Infidelity: How Often Do People Cheat in Real Life?
If aliens (the little green kind) watched Western TV or our romantic comedies to try to understand humans before making first contact, they would be under several misapprehensions. First, they would likely conclude that the more two people seem to hate each other, the more likely it is they will end up madly in love. (This means I am secretly destined for Slade “Future Axe Murderer” from Georgia, the only adult male I have gotten in a physical fight with. This also has frightening implications for the futures of Kim Jong-un and Park Geun-hye.) The aliens would posit that grand gestures of affection are common place and one can really only express what one feels by riding in on a horse through New York City, calling into a radio show to profess love, or stopping a wedding by screaming “I object!” If a woman has an important career she can’t be lucky in love, nerds always wear glasses, the good guys can take 50 bullets to their body and keep on going but one shot to the bad guy will take him out. Pub fights are common, almost everyone is thin and good-looking and have straight, square teeth. The entire continent of Africa doesn’t exist except as a milieu for blood diamonds.
Aliens would also likely believe that human beings are terribly unfaithful creatures. Media tells us that most of the miscommunication between men and women occur because of lies, infidelity, and lies about infidelity. Even as a native Earthlander, I have to confess to having being sucked into this conception of the world. (Amy Schumer’s “Monogamy is unrealistic!” opener in Trainwreck comes to mind.) When I was younger I assumed that most relationships ended in divorce, and most divorce occurred due to cheating. But I now have a much more sunny conception of the rates of infidelity. Even if I don’t pretend that people are completely faithful, penguin-like, I think that infidelity occurs far less often than media portrays it.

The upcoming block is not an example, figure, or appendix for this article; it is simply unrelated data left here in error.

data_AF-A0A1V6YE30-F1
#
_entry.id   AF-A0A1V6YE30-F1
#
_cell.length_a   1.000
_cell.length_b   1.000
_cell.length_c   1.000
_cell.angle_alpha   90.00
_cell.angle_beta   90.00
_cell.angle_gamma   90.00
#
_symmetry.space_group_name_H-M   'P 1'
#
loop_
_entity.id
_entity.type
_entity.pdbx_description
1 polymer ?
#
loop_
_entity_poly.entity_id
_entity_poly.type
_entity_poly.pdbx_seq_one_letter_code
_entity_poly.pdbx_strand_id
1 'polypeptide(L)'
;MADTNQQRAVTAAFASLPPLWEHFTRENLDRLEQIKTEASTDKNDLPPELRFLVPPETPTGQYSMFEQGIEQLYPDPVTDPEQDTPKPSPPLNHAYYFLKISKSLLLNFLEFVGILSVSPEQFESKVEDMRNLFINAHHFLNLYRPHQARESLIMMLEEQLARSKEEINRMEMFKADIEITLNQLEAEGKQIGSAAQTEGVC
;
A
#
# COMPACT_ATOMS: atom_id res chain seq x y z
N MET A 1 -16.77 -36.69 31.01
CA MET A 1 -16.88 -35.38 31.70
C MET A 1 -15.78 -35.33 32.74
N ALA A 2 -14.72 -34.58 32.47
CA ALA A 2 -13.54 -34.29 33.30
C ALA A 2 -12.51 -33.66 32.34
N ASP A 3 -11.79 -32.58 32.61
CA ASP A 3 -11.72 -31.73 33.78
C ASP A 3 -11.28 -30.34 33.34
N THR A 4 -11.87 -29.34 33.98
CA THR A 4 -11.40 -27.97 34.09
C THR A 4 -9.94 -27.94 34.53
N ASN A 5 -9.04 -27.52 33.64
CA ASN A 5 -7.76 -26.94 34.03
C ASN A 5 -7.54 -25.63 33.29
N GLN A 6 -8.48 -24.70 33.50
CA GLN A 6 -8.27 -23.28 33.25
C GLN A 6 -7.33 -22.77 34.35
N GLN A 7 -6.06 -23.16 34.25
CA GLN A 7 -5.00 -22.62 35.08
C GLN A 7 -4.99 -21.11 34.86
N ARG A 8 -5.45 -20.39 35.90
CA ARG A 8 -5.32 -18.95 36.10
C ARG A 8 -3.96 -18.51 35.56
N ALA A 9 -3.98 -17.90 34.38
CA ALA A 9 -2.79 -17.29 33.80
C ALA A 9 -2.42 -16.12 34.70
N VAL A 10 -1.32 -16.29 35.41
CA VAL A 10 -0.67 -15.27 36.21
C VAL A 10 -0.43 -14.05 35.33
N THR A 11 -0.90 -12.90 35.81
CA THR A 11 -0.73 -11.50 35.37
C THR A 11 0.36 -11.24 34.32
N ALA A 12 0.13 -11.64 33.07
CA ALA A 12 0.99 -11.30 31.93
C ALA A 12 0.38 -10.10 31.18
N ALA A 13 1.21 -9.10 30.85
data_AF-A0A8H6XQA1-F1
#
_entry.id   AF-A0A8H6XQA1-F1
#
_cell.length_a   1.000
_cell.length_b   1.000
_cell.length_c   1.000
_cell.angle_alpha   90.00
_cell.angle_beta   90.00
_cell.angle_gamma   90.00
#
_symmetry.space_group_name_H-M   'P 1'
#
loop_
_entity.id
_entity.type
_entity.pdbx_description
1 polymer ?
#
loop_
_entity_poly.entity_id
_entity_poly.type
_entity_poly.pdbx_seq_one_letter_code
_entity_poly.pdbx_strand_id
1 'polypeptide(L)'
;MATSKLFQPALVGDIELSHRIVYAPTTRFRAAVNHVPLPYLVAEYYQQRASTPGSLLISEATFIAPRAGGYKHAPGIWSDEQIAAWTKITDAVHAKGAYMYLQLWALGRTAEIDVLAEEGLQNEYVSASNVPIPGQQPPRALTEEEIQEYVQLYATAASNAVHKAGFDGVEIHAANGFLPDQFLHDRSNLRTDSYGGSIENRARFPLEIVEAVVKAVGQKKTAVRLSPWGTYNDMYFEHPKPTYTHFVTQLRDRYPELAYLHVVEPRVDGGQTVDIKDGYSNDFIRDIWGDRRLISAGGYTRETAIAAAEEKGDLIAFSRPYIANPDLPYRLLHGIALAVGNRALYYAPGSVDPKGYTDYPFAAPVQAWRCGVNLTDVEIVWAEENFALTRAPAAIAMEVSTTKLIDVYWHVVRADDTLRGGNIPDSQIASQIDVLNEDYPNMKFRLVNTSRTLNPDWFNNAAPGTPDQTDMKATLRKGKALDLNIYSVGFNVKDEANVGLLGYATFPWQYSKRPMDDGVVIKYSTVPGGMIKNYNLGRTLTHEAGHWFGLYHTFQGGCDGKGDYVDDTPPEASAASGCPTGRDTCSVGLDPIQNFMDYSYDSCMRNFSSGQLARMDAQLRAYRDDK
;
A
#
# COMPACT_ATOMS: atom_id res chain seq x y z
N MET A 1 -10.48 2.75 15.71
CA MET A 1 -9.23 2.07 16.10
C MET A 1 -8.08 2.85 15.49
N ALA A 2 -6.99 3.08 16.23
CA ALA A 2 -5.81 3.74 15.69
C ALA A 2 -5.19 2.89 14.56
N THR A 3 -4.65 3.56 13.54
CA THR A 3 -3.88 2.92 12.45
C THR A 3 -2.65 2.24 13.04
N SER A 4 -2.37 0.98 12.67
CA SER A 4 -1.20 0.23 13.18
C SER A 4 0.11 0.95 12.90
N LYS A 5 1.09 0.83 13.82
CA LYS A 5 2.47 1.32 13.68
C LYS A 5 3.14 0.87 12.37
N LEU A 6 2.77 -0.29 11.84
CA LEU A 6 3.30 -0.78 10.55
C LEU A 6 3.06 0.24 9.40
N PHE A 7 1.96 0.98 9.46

The idea of betrayal, particularly any type of betrayal involving sex is salacious, but I think it is time to set the record straight. So, in one of my super scientific surveys (see previous ones concerning conceptions of virginity, self destructive tendencies, and whether men and women can ever be friends) I asked Facebook denizens and friends alike to answer in a completely anonymous survey if they had ever cheated.
The results were surprising.
Now the usual disclaimers: the respondents to this survey were definitely not randomly selected: they are mostly in their 20s and 30s (though I had a few respondents in their 40s, 50s and 60s) and socially liberal. They obviously are all ‘friends’ with me and willing to respond to an anonymous survey on cheating (both dubious self-selecting principles). That said, there was an approximately even split between men and women, and participants not only from the US but from Jordan, the UK, Germany, South Africa and a smattering of other nations. I don’t know if most people were straight or gay, unfortunately I didn’t think to ask.
Also, I asked people in the very first question only to respond to this survey if they had been in a monogamous relationship, to eliminate people who slept with multiple people but in a dating or more casual setting.
Okay, onto the good stuff.
The skinny: cheating, though a real phenomenon, was not nearly as common as media led me to believe.
About 37% of people admitted to committing some form of ‘cheating’
Of the 65 people who responded to this survey, 25% (16 people) admitted straight up to cheating. Cheating was defined as “doing any type of sexual activity with a party outside of the relationship in which YOUR PARTNER would have considered it cheating.” (That was to make sure consensual polyamory was not considered cheating. This was also to allow for the possibility that a person might not have considered their actions to be cheating, but knew their partner would.)
Besides the first 16 people, an additional 12% of respondents (8 people) said “It’s complicated, sort of” when asked if they had cheated. A few explained. One said that though s/he had never cheated s/he “did become emotionally intimate with my current partner while dating my previous partner, whom I left partly because I wanted to pursue my current relationship.” Another person stated that she “cuddled with someone else (in underwear) while in a relationship with my significant other. It was just cuddling, but I knew my boyfriend would have felt hurt.”
People were just as likely to cheat on the same partner more than once, as to cheat on multiple different partners